HSBC will pay US regulators $1.9bn (£1.9bn) as a settlement after it was found to have laundered money for drug cartels, terrorists and so-called rogue states.
Britain's biggest high street bank hit the headlines in July after it was revealed HSBC had given access to the US's financial system to known Mexican drug lords and pariah nations, including Iran.
Stuart Gulliver, HSBC chief executive, said in a statement on Tuesday: "We accept responsibility for our past mistakes. We have said we are profoundly sorry for them, and we do so again."
The US department of justice has formally recognised Gulliver's claims that the bank is "fundamentally different" to the one which allowed the dubious accounts and money laundering to take place.
In the Deferred Prosecution Agreement, the department of justice wrote: "Management has made significant strides in improving 'tone from the top' and ensuring that a culture of compliance permeates the institution. The efforts of management have dramatically improved HSBC Bank USA's and HSBC Group's Bank Secrecy Act / Anti-Money Laundering and Office of Foreign Assets Control compliance programs."
HSBC's head of group compliance, David Bagley, resigned during the summer after the damage caused by the headlines to the bank - HSBC was accused of facilitating money for terrorists, drug lords and concealed transactions that bypassed US sanctions against Iran.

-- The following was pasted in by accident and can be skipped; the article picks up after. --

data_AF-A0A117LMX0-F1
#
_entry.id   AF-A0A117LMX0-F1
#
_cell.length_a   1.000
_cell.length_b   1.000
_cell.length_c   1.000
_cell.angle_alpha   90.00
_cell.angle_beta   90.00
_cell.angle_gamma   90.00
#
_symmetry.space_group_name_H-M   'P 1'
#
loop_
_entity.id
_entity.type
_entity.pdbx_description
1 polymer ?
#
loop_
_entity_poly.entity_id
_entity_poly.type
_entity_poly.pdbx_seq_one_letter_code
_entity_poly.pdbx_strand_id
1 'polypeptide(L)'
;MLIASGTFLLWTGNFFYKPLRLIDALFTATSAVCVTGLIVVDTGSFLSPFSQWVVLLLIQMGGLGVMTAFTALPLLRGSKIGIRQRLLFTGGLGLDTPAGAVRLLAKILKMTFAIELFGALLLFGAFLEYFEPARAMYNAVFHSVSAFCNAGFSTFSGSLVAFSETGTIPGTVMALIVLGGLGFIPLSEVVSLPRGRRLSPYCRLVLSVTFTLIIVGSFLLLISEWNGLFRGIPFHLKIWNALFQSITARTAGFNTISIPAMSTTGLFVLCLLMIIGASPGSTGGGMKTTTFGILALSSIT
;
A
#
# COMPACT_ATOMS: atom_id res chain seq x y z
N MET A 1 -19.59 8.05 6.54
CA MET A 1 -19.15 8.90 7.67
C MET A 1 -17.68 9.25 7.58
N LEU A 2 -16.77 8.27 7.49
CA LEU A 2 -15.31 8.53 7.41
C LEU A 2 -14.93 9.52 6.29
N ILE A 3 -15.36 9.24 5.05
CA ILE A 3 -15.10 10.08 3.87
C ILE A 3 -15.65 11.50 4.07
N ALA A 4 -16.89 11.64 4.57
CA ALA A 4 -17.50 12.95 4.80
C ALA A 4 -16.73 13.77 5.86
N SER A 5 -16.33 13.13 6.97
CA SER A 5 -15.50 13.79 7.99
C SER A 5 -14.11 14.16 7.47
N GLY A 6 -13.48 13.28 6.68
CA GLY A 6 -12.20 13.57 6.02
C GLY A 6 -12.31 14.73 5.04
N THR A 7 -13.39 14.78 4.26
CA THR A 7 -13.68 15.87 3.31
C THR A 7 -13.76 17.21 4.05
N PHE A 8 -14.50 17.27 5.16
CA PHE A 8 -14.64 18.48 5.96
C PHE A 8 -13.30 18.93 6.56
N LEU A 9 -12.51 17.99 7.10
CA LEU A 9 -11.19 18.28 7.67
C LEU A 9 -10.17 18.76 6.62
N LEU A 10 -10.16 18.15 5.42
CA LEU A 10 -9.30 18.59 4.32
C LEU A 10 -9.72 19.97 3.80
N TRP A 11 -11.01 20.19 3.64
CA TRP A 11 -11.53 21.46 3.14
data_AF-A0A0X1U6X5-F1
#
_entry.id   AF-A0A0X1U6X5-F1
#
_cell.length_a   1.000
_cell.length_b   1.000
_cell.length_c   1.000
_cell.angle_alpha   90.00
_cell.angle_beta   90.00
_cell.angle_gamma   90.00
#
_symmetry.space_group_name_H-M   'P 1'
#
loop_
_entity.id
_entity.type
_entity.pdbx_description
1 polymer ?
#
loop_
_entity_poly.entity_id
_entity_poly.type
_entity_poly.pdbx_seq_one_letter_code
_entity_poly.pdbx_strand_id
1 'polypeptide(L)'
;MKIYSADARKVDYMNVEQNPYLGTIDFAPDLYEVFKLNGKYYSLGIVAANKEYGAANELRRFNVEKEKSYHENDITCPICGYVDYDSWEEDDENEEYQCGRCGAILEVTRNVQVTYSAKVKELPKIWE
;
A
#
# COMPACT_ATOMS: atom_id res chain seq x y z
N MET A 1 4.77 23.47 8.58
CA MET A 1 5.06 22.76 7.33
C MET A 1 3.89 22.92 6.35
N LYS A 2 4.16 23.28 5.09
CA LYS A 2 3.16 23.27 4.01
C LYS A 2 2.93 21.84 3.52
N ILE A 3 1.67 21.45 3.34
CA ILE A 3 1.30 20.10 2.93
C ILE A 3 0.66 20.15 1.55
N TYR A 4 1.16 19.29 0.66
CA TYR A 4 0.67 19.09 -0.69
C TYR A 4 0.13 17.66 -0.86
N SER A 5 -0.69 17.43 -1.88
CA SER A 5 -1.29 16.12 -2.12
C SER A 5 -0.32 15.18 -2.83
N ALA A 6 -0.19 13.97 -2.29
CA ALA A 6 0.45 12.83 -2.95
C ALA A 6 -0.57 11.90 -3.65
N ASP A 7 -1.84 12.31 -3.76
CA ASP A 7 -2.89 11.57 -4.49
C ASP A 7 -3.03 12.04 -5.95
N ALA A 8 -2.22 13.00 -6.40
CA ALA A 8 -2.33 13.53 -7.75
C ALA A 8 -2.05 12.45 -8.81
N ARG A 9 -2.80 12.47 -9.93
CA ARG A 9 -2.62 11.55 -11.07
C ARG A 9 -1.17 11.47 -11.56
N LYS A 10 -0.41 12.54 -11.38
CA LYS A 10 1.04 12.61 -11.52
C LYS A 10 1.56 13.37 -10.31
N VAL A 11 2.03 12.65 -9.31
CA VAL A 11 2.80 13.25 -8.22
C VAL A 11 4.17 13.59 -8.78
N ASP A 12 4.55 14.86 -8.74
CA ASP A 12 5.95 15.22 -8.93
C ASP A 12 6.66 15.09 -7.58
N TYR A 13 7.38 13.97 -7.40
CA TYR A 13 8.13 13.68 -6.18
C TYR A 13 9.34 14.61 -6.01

The investigation into HSBC took more than a decade - Senators Carl Levin and Tom Coburn, who lead the investigative hearing in July at which Bagley resigned, said the permanent subcommittee of investigations had examined 1.4m documents as part of its review and thanked the bank for its co-operation.
HSBC's Mexican operations reportedly moved £7bn into the bank's US operations, and according to its own staff, much of that money was tied to drug traffickers.
Particular anger was directed at a Cayman Islands subsidiary set up by the Mexico division of HSBC, which handled 50,000 client accounts and £2.1bn in holdings, but had no staff or offices. Money from the Cayman Islands was used to buy planes for Mexican drug traffickers, according to a report put together by the senators.
Huff Post UK's political director Mehdi Hasan suggested the admission by HSBC is likely to put pressure on the bank’s former chairman, Lord Green, who is now a Conservative trade minister.
"The scandal cost the bank's head of compliance David Bagley his job. But Green escaped largely unscathed despite having been in charge of the bank at the time the transgressions are said to have taken place," he wrote.